I'm pretty sure I've never read a life changing tweet. Not one. And I'm certain I've never written one.
That's because the fullness of the Gospel will never be captured in a single sentence. Or a paragraph. Or a clever blog post. Or even a tacky three page Bible tract.
Instead, it lays itself out over a lifetime; threading its way between morning and night, quietly abiding our self created chaos and gently bearing our indiscretions. It seeps into our bones over time. It nurtures us slowly, whispering light into our dark places and shoring up our weak spots.
Grace doesn't fit in a fortune cookie.
And the whole grand scope of Redemption can't really be conjured into a couple of words on the internet.Now, I like playing those 140-character gospel games sometimes as well, and I'm sure that those who truly do try to save people's souls over Twitter is relatively small. Of course, I may also be quite naive about that, because people on the internet are weird and I try to avoid too much internet weirdness nowadays.
But Jamie hits it on the head when she observes that faith isn't pithy. Instead, it's nurtured and struggled with over a lifetime. Sometimes it needs words and sometimes it doesn't. And try as we might, it can't be crammed into our safe little boxes, cookies, Twitter apps, whatever.
Hint: that's good news.
Because yeah. Matthew Paul Turner shares a church's creative Halloween decor:
There's no follow-up comment. It is what it is.
VAGINA. Also from Matthew Paul Turner is a commentary involving a disagreement between Rachel Held Evans and Lifeway Bookstores:
Much of the current buzz about Rachel and her new book is about LifeWay Christian Stores refusing to carry the title because of the word “vagina”. And yes, that’s ridiculous on many levels. But of course there’s more to all of this than just the word “vagina”. There always is. And let’s face it, none of us are exactly surprised by this news regarding Lifeway. LifeWay has a long list of books that its refused to carry. Several of my books have sparked inside conversations between my publishers’ sales team and LifeWay’s buying team. One of my books was banned because of the word “masturbation” and another time it was because of a joke I wrote that referenced Baptists. Rachel’s in good company. Even Donald Miller’s “Blue Like Jazz” was banned AT FIRST. The popular title was deemed too controversial, too. But then it became too popular and a too “good of a sales opportunity” not to sell. So LifeWay’s moral code got trumped.
LifeWay has every right to stock what they want to stock. Some have called it censorship, and of course it’s censorship. Censorship is a part of LifeWay’s brand as a “Christian” retail establishment. Those who shop at LifeWay do so because they desire a certain level of censorship. Customers trust LifeWay to have screened the content that they sell. And they do. And trust me, they take that responsibility very seriously.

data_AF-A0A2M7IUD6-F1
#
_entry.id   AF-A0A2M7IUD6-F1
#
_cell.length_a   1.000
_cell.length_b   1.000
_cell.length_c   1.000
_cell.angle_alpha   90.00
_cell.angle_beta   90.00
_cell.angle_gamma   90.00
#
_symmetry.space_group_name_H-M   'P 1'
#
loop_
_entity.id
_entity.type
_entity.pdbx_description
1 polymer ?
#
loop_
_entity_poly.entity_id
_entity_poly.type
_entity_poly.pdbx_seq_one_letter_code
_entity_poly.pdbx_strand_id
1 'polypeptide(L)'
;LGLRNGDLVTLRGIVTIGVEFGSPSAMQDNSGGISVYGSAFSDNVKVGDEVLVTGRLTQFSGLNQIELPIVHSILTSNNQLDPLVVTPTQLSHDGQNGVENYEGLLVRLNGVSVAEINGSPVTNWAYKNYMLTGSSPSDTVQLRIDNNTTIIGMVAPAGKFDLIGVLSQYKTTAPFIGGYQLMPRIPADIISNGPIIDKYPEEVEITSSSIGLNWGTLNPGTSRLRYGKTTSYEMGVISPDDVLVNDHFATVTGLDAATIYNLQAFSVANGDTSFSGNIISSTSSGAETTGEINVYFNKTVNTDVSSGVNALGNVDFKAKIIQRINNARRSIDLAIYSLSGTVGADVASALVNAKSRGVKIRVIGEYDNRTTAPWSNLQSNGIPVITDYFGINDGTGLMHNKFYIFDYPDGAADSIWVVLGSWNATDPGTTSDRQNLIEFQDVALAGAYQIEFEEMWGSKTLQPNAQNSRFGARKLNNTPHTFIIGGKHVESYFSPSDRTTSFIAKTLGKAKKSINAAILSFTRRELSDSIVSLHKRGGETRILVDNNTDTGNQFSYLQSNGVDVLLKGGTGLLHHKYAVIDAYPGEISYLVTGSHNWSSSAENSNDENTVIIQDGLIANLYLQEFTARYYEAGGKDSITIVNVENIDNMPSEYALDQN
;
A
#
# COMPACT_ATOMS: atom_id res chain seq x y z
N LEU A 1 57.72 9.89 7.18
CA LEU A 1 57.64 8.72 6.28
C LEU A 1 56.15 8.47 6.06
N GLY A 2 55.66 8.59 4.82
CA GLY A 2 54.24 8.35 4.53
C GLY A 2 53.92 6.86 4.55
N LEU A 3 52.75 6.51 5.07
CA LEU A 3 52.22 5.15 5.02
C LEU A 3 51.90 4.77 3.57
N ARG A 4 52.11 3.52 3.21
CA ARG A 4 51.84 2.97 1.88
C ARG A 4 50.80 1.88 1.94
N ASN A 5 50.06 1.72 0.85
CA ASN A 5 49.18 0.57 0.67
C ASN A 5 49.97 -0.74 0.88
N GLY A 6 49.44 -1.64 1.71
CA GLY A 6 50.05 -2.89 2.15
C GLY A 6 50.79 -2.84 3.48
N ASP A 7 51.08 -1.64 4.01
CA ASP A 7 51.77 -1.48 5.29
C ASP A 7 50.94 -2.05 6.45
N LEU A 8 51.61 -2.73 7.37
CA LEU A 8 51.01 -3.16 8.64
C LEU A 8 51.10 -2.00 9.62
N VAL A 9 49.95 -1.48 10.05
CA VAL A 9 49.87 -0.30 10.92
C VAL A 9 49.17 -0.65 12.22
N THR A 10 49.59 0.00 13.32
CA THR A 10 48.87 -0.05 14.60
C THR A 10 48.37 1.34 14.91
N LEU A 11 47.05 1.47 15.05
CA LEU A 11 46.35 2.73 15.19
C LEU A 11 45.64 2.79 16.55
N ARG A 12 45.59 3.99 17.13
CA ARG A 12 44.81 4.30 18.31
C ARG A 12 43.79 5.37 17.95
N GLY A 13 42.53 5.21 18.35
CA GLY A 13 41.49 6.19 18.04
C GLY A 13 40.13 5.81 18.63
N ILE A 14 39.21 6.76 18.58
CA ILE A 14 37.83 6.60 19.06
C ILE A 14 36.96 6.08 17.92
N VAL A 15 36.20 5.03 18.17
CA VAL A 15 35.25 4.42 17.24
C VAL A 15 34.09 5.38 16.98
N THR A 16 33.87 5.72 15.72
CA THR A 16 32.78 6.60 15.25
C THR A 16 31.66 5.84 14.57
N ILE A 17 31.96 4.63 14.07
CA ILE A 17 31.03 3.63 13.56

But regarding Rachel’s book, the word “vagina” is only the beginning of why LifeWay won’t carry the title. Another reason that we don’t like talking about is because Rachel has a vagina. Let me explain. Even before LifeWay read the first word of Rachel’s book, the fact that she is a female author, limited what those words were allowed to say and also to whom Rachel was allowed to say them to. Being a woman limits an author’s biblical platform according to LifeWay.
The only thing that would put Rachel at a bigger disadvantage on the front end would have been if she was a female pastor. A book by a female pastor wouldn’t have made it through LifeWay’s security checkpoint at the entrance to their Nashville offices.Why? Because LifeWay is owned and operated by the Southern Baptist Convention. The SBC has rules regarding what women are allowed to say and do. Those rules trickle down to the retail level, influencing what and whom LifeWay is willing to support and sell in their retail stores.Okay, are you basically up to speed on what the issue is even if you've never heard of Rachel Held Evans or that she was involved in this disagreement? If not, here's the shorter version: a conservative denomination-owned bookstore chain refuses to carry a known Christian author's book about womanhood because it includes the medically-used term for a certain part of the female anatomy. Although I'm guessing, much as Turner does, that it has more to do with Evans' gender combined with her deigning to question what "Biblical womanhood" really is.
I'm somewhat familiar with the tendency toward the sheltered reality that certain parts of the Christian subculture prefers. This applies to terms that it finds icky, but of course it also applies to theology or questions about theology that it finds icky. Somehow Driscoll's boorish descriptions of and advice about sex and gender "complementarianism" get through but Evans pushing back against such viewpoints and asserting herself as a woman doesn't.
And that's the double standard that such a subculture thinks it needs in order to protect itself.
Win #900. The winningest college football program hit a milestone this past Saturday against its in-state rival Michigan State. It wasn't a very pretty game, but in the end Brendon Gibbons was clutch in hitting a field goal in the closing seconds, helping notch the 900th win in program history and also snapping the last remaining losing streak to a rival.
Order: restored. Go Blue!